It’ll take two years and cost $53.8 million for the federal government to launch an inquiry into missing and murdered indigenous women.
That’s about $13 million more than they originally thought, as the terms of the inquiry were announced Wednesday in Gatineau Quebec. The process is supposed to be at arm’s length from the government, and will get started on September 1st.
Justice Minister Judy Wilson-Raybould says launching this inquiry shows that the government is committed to honouring the lives of missing and murdered indigenous women. Wilson-Raybould was a BC regional chief for the Assembly of First Nations.
Five people have been named to head up the commission:
– Marion Buller: chief commissioner, B.C.’s first female First Nations judge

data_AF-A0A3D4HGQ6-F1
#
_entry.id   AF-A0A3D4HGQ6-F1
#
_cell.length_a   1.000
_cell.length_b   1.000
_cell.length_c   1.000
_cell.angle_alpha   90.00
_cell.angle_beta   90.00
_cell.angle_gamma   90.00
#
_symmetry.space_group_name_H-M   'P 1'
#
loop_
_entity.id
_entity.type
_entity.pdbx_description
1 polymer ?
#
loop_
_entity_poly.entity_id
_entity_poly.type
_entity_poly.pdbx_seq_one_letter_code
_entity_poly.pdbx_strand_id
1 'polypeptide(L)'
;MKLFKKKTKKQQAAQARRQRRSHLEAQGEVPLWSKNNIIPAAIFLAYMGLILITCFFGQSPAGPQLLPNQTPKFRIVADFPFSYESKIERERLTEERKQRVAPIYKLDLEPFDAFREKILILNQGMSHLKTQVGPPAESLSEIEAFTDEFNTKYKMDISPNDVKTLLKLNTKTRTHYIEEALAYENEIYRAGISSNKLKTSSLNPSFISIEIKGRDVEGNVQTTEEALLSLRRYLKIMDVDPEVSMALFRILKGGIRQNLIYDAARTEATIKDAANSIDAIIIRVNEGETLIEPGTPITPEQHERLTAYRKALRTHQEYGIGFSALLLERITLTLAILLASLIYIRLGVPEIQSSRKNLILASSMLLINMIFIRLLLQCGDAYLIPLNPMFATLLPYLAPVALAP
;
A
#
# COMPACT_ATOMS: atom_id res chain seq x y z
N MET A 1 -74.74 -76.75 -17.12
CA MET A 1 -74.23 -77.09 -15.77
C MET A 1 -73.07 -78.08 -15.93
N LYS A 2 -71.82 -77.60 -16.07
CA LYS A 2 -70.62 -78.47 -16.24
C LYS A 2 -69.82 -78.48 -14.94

– Michele Audette: former president of the Native Women’s Association of Canada
– Qajaq Robinson: An Ottawa-based, Nunavut-born lawyer who practices civil litigation with an emphasis on aboriginal law
– Marilyn Poitras: a professor at the University of Saskatchewan professor with a focus on indigenous law
– Brian Eyolfson: First Nations lawyer based in Ontario
The purpose of the probe is to discover the root causes of the disappearance and killing of these women, and the commission will help recommend ways to protect the rights of Indigenous women and girls. (kdr)